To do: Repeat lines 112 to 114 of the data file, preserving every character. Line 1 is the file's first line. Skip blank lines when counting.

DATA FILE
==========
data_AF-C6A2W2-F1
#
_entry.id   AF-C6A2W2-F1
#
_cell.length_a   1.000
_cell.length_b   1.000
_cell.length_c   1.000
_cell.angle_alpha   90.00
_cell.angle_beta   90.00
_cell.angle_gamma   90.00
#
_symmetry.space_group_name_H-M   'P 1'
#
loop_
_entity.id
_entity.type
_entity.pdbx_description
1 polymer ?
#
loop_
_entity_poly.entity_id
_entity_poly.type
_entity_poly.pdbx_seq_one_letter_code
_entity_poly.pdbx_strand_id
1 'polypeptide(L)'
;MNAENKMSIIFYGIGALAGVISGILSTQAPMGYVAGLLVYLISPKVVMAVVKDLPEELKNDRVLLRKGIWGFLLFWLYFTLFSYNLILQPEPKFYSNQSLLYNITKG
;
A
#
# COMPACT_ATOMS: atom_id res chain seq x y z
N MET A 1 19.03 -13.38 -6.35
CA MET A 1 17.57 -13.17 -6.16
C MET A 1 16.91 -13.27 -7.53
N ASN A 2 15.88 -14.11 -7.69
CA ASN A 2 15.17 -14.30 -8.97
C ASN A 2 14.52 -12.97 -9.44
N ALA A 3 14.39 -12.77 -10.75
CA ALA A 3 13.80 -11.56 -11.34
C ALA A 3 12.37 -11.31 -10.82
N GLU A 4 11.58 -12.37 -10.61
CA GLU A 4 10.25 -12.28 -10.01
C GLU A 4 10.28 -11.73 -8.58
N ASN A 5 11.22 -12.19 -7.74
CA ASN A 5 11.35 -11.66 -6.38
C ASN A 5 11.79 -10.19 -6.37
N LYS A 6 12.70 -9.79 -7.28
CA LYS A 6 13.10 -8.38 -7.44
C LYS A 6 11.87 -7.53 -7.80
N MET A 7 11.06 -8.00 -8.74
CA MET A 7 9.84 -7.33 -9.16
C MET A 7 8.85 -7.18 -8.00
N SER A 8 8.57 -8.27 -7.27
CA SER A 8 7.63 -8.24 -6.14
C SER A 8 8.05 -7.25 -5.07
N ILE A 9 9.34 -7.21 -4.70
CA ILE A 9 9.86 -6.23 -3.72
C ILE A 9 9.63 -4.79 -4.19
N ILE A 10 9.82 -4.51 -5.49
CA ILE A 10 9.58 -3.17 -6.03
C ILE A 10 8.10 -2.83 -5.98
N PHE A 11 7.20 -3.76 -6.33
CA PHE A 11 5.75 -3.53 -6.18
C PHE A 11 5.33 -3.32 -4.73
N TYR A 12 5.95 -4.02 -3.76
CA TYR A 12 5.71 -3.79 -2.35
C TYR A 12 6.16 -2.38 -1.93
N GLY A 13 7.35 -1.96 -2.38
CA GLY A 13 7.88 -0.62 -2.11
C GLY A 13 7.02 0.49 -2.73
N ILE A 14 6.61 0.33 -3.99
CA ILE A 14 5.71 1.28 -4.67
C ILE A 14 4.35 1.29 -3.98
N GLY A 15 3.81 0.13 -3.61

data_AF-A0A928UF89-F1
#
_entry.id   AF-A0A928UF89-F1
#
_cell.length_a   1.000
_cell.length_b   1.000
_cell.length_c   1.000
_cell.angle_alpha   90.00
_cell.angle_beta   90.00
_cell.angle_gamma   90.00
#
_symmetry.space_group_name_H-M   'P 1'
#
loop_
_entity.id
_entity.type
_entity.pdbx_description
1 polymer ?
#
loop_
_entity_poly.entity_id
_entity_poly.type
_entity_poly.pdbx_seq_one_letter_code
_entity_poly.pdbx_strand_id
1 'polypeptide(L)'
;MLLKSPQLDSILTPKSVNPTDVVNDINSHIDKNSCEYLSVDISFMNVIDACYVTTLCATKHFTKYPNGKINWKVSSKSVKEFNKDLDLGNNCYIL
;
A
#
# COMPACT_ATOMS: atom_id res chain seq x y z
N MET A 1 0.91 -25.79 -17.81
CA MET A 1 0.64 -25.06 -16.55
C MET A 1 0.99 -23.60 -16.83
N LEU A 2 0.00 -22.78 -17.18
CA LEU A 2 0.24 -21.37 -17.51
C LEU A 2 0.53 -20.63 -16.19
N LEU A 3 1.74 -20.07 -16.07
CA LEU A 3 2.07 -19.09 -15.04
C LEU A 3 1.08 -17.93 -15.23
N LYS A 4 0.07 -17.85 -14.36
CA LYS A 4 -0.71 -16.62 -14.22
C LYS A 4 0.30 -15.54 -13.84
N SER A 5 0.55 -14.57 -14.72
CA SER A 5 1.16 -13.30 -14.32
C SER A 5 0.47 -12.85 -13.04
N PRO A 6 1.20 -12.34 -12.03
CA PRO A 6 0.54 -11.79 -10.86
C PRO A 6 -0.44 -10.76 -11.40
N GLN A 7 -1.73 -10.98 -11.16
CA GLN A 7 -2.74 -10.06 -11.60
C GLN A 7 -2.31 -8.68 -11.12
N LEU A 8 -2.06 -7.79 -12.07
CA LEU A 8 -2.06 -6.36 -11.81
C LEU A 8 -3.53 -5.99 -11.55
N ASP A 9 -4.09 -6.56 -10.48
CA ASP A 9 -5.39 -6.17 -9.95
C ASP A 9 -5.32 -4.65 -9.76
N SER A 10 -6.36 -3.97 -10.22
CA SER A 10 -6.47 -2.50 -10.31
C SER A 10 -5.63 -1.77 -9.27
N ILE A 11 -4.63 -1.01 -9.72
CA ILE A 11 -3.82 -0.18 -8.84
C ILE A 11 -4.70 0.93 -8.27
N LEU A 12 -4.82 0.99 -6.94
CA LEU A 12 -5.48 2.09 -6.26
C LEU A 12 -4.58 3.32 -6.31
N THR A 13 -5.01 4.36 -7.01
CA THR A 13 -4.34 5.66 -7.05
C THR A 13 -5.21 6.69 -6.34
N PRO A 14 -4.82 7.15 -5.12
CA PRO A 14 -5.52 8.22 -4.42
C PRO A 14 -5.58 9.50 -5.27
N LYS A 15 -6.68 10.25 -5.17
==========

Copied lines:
C LEU A 3 1.08 -17.93 -15.23
N LYS A 4 0.07 -17.85 -14.36
CA LYS A 4 -0.71 -16.62 -14.22